Deputies want to criminalize libel on the Internet
The main innovations of the project are:
- responsibility for libel up to 2 years of personal restraint, and in case the information is distributed “by public demonstration in works, mass media or on the Internet” the restriction will be up to 5 years;
- imprisonment for up to 3 years, in case libel contains information about extremely serious crimes.
A comment by Vita Volodovska, a lawyer of the public organization “Laboratory of Digital Security”, which, among other things, analyzes the situation with freedom of speech on the Ukrainian Internet. The editors asked the lawyer, in particular, whether there would be a question of liability for likes and comments on social networks:
“Today, only civil liability is provided for the spreading of inaccurate information that could harm the reputation of a person. That is, if someone believes that the publication encroaches on his or her reputation, the person can independently file a lawsuit to a court denying such information, asking for realization of the right of reply and/or compensation for moral damages. An exception is the dissemination of false information with an aim of unfair competition, which is administrative liability (Article 164-3 of the Code of Administrative Offenses of Ukraine). Criminal responsibility for libel existed in Ukraine until 2001, since the Soviet Criminal Code of 1960 was still in force until that time. The decriminalization of libel was one of the obligations of Ukraine when joining the Council of Europe.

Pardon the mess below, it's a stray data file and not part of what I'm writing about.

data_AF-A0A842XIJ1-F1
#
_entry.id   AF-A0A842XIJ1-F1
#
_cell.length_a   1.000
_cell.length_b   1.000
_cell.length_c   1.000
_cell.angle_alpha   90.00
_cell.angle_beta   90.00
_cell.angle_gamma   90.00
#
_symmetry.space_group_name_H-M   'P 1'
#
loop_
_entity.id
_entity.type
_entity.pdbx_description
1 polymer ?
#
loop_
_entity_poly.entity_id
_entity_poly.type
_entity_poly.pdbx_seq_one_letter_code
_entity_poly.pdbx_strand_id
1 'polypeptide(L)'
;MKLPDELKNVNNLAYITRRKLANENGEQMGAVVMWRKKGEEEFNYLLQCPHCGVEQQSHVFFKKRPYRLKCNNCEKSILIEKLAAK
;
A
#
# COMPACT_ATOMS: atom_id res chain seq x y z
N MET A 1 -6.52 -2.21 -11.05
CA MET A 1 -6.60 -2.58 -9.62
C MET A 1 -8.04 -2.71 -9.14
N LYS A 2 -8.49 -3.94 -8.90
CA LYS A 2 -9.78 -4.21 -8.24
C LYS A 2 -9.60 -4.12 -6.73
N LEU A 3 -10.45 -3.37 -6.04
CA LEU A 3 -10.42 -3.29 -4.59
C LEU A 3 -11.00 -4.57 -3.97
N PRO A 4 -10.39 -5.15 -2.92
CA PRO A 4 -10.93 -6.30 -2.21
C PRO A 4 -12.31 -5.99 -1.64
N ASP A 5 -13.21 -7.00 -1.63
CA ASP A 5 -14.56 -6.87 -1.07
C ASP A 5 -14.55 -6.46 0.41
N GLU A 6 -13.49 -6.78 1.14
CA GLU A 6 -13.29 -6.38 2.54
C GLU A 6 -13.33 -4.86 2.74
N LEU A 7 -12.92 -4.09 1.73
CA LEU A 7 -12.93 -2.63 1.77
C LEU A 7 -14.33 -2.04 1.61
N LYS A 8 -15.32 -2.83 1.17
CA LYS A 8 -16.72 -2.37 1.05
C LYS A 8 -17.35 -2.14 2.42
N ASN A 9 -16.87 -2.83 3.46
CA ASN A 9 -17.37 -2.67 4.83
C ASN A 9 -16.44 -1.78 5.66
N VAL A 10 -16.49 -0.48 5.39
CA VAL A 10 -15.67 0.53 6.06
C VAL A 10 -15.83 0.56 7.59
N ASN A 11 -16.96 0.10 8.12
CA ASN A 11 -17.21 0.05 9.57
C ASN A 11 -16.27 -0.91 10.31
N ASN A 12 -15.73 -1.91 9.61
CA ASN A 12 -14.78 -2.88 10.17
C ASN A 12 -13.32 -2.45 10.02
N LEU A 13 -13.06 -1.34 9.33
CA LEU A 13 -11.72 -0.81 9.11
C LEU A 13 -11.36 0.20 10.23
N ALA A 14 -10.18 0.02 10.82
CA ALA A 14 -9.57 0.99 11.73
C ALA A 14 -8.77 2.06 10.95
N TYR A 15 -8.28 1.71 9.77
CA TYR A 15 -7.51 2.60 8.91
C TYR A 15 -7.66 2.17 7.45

Liability for likes on social media is not discussed for now (since only distribution of libel is the main issue), however, it is quite possible to become liable for comments. If a person considers that a post on Facebook or a comment underneath the post spreads false information about him or her, the one can initiate criminal proceedings.
Moreover, if the information will contain a charge of a serious or especially serious crime, it is no longer a question of restriction, but of imprisonment for up to 3 years. For example, if journalists spread information about possible connections between an official from the Ministry of Defense or the Security Service of Ukraine with the Russian Federation, this could be estimated as an accusation of high treason.
The dangerous side of libel getting back to the Criminal Code is that even the threat of being brought to liability can be a significant restrictive factor for journalists and the media, because criminal proceedings can be initiated against them for any investigation of abuse or corruption. This leads to self-censorship, especially with a level of trust to the Ukrainian courts… That is why the Council of Europe, the OSCE and other international organizations strongly condemn any attempts to return libel to the Criminal Code.”